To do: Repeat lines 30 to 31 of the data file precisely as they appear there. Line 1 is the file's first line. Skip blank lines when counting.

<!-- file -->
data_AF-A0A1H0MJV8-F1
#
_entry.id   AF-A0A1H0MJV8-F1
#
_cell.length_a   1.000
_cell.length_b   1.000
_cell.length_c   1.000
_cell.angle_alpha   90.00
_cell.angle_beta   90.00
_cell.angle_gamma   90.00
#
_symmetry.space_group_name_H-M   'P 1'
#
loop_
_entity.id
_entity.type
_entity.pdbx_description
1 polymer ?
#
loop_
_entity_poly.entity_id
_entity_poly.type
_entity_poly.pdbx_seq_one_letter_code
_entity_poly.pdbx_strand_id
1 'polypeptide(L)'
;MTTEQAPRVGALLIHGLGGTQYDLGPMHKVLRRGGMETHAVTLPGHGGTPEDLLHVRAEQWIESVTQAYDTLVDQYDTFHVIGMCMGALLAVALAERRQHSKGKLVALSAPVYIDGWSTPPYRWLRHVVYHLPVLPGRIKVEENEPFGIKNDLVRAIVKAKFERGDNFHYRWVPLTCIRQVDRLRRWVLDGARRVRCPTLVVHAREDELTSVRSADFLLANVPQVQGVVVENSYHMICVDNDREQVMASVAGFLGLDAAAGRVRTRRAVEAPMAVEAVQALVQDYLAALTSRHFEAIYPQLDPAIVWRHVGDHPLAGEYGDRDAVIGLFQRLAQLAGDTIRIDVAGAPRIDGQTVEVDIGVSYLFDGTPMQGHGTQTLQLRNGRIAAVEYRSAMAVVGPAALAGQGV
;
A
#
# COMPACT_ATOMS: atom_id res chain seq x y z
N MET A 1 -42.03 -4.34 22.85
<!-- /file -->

# COMPACT_ATOMS: atom_id res chain seq x y z
N MET A 1 -42.03 -4.34 22.85